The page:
On March 29, 2022, in CompassCare v. Cuomo, a New York District Court blocked the 2019 requirement that employers provide a reproductive rights notice to employees in their employee handbooks. There, faith-based employers claimed the law was contrary to their First Amendment Rights. Ultimately, the court said there were less restrictive ways to achieve the state’s goal of notifying workers of their rights.


Ohio: Incorporates FLSA Overtime and Claim Rules

As of July 6, 2022, SB 47 adopts language mirroring Sections 2 and 4 of the Portal to Portal Act under the Fair Labor Standards Act (FLSA) which states that employers are not required to pay overtime wages for certain activities (e.g., commuting to work, activities occurring before or after their principal work activities, or insignificant periods of time spent after work hours). The bill also adopts the FLSA’s “opt-in” requirement for employees who want to join a collective action for an employer’s failure to pay overtime or minimum wage under state law.


Allegheny County, PA: Paid Sick Leave Amended to Exclude Certain Employees

As of April 15, 2022, Allegheny County amended its Paid Sick Days Law to exclude certain employees.  The law, which previously excluded independent contractors and state and federal employees, now also excludes any member of a construction labor union covered by a collective bargaining agreement. A construction labor union is defined as a “labor union that represents, for purposes of collective bargaining, employees involved in the work of construction, reconstructions, demolition, alteration, custom fabrication, or repair work and who are enrolled or have graduated from a ‘registered apprentice program.’”


Rhode Island: Cannabis Legalized for Adult Recreational Use

Rhode Island recently passed the Rhode Island Cannabis Act (Act) which legalizes cannabis for adult recreational use beginning December 1, 2022. Despite the new law, employees will not be allowed to smoke or vaporize cannabis in the workplace. In addition, the Act does not require employers to accommodate the medical use of cannabis in the workplace, which includes remote locations. Employers may still implement and/or enforce workplace drug policies that prohibit the possession or use of cannabis in the workplace. Employers are also not prohibited from refusing to hire, discharge, discipline, take other adverse employment actions because of a violation of a workplace drug policy.

Employer group health plan and workers’ compensation plans are also not required to reimburse employees for the costs associated with medical use of cannabis. Employers with employees in “safety-sensitive” positions cannot prevent those employees from using cannabis while off-duty. However, they can ensure that employees are not working while under the influence. Employers are encouraged to train frontline supervisors to identify employees that may be under the influence of cannabis or otherwise impaired on the job.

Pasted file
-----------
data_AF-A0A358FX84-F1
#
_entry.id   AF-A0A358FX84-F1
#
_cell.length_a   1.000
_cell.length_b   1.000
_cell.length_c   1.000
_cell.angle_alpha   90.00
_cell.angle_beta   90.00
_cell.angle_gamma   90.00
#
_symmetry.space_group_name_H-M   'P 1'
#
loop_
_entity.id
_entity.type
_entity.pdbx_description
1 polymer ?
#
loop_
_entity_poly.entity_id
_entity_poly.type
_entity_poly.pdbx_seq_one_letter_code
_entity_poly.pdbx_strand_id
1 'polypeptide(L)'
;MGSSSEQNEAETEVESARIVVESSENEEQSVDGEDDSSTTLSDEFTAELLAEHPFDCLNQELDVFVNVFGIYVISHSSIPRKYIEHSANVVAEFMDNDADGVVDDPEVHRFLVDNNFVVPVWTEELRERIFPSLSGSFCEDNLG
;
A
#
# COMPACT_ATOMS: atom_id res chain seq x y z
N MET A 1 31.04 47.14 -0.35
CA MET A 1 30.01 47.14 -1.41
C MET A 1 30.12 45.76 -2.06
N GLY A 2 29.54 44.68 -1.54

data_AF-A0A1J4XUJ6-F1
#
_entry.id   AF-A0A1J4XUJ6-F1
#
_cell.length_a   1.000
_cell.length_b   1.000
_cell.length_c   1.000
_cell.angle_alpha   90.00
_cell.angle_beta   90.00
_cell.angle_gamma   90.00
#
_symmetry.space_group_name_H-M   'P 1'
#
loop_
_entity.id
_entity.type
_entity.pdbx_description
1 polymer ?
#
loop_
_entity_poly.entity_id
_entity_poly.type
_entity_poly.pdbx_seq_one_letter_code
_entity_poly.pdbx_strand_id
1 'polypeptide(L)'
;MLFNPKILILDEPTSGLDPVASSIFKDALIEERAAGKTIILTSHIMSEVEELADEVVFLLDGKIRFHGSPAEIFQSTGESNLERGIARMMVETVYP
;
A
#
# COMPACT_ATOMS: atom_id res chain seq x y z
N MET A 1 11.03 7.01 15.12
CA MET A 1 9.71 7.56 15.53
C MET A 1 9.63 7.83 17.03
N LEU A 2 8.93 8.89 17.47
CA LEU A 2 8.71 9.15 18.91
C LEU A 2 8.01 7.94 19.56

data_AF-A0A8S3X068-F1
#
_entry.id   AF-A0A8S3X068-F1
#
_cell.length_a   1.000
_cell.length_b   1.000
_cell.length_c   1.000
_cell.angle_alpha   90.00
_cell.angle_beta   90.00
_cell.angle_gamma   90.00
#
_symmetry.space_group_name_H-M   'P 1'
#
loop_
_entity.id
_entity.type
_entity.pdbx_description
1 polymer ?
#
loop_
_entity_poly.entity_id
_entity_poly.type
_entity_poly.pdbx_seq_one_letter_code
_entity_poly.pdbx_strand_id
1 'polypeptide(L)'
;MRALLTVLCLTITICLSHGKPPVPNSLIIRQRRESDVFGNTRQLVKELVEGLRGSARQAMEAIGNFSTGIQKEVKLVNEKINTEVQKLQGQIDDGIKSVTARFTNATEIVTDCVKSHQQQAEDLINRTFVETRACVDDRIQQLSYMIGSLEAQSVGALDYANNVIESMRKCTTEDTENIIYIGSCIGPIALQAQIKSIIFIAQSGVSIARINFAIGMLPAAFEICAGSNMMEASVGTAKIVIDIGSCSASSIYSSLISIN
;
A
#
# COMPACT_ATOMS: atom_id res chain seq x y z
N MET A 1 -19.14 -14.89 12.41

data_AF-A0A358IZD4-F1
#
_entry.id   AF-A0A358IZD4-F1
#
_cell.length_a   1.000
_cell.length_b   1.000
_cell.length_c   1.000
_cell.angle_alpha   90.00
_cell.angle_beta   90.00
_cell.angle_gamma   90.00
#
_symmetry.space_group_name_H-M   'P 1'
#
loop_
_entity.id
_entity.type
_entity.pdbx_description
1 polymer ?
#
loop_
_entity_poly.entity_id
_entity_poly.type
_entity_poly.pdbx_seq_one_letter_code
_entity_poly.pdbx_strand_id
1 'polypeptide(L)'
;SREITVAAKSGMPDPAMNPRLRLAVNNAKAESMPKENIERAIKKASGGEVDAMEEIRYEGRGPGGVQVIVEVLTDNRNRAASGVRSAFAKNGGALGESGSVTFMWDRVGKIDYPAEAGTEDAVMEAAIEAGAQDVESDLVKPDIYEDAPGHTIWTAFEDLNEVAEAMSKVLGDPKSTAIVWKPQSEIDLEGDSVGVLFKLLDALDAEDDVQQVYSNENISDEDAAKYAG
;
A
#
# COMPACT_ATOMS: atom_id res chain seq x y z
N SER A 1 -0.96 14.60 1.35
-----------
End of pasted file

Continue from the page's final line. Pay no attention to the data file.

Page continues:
South Carolina: Workers With Disabilities Must Receive Minimum Wage

As of May 23, 2022, SB 533 prohibits employers from using a loophole under the federal Fair Labor Standards Act to pay workers with disabilities less than minimum wage. The bill also creates a task force to create a transition plan that will phase out subminimum wage in the state by August 1, 2024 for employers with an existing Section 14(c) certificate allowing them to pay subminimum wage.


Tennessee: Enacts CROWN Act Protections

As of July 1, 2022, SB 136 prohibits employers from discriminating against individuals based on ethnicity or physical or cultural characteristics associated with a certain hair texture and protective hairstyles, including, but not limited to, braids, locks, and twists.

Texas: Commission Pay May be Owed After Termination

On May 20, 2022, in Perthius v. Baylor Miraca Genetics Lab., LLC, the Supreme Court of Texas said that where a commission contract is silent on when commissions are earned and owed, the procuring-cause doctrine controls. In other words, an employee may be entitled to a commission if they are the “proximate and but-for cause” of the sale, even after the individual’s employment is terminated.

Washington: New Job Posting Requirements

Washington recently amended its Equal Pay and Opportunities Act to require employers to include certain information in job postings. Beginning January 1, 2023, employers with 15 or more employees must state the wage scale or salary range for the job, all benefits, and any other compensation offered. Violations are subject to actual and statutory damages, civil penalties, interest, and attorneys’ fees and costs. Employers should review compensation structures to prepare to comply.


Disclaimer: This document is designed to provide general information and guidance concerning employment-related issues. It is presented with the understanding that ManagEase is not engaged in rendering any legal opinions. If a legal opinion is needed, please contact the services of your own legal adviser. © 2022 ManagEase